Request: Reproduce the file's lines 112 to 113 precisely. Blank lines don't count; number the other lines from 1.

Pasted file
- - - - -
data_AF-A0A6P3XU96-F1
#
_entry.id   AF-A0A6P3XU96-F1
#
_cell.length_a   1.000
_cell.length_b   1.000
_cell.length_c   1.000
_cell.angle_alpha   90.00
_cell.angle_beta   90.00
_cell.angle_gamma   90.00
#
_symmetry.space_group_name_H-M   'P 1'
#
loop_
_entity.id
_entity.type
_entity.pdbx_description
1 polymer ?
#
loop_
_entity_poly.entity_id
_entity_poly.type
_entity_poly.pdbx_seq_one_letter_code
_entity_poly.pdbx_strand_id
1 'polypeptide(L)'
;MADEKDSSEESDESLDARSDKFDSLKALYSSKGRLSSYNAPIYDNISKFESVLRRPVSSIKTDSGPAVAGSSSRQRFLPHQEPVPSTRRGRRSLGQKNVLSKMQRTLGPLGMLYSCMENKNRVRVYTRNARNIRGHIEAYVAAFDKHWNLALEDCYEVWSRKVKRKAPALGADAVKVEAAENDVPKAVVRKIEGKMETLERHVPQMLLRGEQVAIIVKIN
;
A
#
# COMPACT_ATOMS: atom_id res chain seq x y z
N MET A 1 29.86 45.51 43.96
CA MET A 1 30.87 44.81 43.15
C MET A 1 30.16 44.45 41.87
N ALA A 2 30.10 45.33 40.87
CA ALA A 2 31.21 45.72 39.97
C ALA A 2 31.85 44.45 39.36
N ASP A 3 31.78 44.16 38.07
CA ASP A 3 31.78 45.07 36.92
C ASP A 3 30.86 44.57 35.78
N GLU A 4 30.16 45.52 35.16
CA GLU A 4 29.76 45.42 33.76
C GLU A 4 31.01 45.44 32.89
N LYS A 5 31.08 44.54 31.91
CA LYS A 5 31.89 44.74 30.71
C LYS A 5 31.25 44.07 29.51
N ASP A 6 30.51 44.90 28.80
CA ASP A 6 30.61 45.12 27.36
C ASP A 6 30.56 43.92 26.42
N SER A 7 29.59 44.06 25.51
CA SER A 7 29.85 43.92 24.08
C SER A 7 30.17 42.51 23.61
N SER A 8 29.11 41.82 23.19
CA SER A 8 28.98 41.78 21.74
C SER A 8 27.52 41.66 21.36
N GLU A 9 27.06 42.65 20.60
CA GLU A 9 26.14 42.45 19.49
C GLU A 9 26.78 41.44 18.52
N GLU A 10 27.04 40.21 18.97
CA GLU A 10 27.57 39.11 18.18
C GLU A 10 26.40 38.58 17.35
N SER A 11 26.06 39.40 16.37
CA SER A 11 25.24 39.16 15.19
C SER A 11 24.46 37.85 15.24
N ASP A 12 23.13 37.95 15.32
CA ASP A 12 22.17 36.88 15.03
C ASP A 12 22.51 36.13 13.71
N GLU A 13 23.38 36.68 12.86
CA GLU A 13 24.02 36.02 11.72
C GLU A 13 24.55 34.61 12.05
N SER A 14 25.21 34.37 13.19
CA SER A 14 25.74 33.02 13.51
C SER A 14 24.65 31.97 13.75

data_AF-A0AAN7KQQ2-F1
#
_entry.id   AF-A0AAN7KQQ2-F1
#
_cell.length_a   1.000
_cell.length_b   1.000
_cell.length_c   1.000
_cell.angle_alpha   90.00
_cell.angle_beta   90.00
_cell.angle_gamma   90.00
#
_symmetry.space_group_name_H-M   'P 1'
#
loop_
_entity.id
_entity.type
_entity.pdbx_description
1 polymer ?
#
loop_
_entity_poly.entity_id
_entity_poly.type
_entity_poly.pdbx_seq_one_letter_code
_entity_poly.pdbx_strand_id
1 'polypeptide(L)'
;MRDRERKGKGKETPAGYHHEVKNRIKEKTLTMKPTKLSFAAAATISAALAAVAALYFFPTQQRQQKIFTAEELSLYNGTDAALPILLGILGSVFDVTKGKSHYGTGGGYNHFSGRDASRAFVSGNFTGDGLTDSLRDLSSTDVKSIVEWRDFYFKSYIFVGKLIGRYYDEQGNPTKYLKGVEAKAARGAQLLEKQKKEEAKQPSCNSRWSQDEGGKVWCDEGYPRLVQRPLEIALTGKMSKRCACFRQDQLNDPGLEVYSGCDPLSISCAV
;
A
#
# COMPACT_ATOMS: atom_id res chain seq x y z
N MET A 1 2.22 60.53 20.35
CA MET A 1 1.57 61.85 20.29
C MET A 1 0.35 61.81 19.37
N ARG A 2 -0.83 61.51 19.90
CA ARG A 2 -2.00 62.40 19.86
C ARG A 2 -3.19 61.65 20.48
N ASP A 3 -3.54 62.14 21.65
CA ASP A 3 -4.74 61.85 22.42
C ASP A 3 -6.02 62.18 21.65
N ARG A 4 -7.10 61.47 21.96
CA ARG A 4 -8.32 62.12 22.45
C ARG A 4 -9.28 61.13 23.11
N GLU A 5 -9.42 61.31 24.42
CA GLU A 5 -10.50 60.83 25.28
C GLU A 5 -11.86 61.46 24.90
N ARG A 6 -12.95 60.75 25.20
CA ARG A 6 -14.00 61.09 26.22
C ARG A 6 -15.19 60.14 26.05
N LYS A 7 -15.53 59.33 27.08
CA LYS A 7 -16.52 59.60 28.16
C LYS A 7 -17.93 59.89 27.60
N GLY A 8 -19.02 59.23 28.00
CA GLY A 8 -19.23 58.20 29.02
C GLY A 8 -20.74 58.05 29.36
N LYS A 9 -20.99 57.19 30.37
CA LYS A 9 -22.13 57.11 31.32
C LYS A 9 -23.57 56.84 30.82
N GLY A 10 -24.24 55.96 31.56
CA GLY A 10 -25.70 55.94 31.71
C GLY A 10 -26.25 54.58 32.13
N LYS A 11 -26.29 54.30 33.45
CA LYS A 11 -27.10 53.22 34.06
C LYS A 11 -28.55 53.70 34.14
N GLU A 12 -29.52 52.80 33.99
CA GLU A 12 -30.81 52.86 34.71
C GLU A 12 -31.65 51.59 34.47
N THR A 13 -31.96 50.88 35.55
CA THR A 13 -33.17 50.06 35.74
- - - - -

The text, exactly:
N ARG A 4 -7.10 61.47 21.96
CA ARG A 4 -8.32 62.12 22.45